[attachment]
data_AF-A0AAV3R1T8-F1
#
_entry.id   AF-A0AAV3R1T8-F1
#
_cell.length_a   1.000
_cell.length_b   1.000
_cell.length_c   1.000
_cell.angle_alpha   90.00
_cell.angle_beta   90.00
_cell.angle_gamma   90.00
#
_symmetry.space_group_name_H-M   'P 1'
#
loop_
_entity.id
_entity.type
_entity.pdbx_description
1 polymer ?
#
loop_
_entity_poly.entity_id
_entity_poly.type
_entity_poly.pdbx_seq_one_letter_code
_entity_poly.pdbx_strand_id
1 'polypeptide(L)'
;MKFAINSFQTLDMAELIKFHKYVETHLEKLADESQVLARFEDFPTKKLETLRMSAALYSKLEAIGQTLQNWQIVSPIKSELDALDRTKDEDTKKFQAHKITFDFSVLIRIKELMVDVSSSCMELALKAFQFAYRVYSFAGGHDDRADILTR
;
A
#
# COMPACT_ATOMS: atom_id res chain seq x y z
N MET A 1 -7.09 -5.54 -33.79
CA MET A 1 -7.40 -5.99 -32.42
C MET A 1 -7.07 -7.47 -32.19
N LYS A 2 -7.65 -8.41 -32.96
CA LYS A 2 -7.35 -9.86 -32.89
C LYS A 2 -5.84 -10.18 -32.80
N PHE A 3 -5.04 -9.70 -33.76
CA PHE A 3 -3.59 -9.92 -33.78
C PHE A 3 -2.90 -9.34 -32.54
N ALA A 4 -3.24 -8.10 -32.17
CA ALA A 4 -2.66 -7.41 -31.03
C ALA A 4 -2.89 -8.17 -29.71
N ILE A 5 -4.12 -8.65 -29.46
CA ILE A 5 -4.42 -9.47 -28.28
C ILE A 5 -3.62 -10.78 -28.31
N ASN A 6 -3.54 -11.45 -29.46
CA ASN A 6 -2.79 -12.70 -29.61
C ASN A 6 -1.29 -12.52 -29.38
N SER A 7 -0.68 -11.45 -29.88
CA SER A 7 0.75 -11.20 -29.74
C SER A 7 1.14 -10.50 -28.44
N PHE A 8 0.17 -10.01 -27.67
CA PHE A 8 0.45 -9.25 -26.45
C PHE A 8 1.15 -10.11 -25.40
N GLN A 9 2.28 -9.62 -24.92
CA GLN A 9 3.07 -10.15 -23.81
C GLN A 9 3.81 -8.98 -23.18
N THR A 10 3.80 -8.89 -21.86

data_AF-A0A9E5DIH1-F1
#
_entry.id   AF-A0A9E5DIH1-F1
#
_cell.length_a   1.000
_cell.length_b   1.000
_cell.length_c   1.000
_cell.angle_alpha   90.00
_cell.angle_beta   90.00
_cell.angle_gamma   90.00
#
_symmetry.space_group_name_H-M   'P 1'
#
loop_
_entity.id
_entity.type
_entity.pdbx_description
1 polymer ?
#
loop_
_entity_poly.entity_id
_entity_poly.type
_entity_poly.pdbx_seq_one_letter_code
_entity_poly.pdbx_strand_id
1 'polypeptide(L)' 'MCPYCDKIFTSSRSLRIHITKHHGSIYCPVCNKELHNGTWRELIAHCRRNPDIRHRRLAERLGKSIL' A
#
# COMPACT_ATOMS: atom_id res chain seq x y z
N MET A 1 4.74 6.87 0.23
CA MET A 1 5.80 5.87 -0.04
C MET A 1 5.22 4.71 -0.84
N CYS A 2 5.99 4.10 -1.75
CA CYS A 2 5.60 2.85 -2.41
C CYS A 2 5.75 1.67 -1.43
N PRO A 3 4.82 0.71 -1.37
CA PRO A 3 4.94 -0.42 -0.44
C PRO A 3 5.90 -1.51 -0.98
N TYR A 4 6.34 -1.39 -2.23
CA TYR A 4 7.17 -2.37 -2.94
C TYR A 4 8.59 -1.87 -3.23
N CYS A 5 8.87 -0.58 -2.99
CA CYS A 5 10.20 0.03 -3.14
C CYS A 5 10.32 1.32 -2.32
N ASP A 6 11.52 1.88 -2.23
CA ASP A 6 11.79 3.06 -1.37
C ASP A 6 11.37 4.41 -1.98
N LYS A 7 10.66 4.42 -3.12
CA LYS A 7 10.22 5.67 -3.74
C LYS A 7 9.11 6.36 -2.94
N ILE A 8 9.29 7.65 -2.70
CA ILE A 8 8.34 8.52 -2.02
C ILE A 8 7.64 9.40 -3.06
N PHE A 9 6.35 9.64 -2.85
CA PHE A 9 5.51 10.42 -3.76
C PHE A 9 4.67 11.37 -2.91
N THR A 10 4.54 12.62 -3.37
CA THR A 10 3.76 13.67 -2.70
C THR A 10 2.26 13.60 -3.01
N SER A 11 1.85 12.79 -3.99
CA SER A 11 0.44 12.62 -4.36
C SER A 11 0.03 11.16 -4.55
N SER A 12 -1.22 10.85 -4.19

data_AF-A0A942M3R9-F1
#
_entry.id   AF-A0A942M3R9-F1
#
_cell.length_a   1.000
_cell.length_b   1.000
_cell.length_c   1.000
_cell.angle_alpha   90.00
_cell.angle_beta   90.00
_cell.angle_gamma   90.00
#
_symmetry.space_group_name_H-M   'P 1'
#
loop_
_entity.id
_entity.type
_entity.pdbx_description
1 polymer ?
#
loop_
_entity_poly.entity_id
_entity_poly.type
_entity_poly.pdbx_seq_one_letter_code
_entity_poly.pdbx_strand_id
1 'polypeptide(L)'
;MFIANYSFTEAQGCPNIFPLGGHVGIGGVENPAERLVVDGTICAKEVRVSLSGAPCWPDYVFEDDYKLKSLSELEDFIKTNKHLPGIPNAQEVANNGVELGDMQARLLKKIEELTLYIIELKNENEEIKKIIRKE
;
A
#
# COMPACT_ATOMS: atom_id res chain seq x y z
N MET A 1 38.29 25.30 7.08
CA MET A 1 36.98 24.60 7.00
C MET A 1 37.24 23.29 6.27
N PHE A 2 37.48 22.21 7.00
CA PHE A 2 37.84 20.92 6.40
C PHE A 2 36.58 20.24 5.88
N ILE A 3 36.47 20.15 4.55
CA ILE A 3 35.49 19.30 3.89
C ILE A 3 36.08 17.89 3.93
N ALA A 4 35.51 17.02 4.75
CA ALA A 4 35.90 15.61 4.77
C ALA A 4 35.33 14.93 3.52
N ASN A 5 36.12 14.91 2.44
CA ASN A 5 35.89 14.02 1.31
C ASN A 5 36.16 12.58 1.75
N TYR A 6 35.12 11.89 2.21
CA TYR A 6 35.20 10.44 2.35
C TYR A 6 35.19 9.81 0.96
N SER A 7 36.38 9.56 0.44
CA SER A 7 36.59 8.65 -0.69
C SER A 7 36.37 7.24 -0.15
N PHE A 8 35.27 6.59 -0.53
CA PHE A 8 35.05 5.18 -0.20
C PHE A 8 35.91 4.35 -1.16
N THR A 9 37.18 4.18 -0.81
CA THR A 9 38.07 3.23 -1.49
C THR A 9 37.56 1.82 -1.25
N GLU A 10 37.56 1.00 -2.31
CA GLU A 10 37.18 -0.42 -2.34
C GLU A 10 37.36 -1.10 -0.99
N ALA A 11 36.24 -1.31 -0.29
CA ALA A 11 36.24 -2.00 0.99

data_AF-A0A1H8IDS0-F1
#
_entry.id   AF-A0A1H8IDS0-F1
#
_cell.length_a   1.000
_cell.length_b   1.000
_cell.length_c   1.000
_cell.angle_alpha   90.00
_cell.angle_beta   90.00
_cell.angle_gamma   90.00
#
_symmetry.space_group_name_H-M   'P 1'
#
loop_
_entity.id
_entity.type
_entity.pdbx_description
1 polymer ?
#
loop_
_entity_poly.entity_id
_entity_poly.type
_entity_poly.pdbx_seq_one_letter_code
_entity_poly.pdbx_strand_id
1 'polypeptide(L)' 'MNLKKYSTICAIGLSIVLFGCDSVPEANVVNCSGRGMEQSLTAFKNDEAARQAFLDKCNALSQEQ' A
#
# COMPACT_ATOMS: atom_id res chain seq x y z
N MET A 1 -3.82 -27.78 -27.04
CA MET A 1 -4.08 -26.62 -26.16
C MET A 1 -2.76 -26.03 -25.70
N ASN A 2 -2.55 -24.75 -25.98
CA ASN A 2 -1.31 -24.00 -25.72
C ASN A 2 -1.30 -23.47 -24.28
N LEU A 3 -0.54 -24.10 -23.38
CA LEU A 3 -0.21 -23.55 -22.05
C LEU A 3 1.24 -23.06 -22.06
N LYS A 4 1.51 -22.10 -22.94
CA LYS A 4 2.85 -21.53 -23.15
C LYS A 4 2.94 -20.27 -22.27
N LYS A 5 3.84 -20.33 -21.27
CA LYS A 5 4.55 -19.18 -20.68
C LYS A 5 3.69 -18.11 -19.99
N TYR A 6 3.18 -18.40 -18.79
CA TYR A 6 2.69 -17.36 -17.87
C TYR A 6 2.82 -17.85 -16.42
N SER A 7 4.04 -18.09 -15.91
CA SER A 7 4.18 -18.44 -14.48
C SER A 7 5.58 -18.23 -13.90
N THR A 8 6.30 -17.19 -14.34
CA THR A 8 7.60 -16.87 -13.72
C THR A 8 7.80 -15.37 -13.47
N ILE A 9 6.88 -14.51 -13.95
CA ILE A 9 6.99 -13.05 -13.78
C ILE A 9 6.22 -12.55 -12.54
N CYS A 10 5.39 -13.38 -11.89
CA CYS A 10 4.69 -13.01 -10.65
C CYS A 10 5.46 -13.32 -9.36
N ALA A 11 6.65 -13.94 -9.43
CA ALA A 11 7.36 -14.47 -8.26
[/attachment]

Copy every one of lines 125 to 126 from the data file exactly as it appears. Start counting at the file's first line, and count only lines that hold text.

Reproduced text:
_cell.length_b   1.000
_cell.length_c   1.000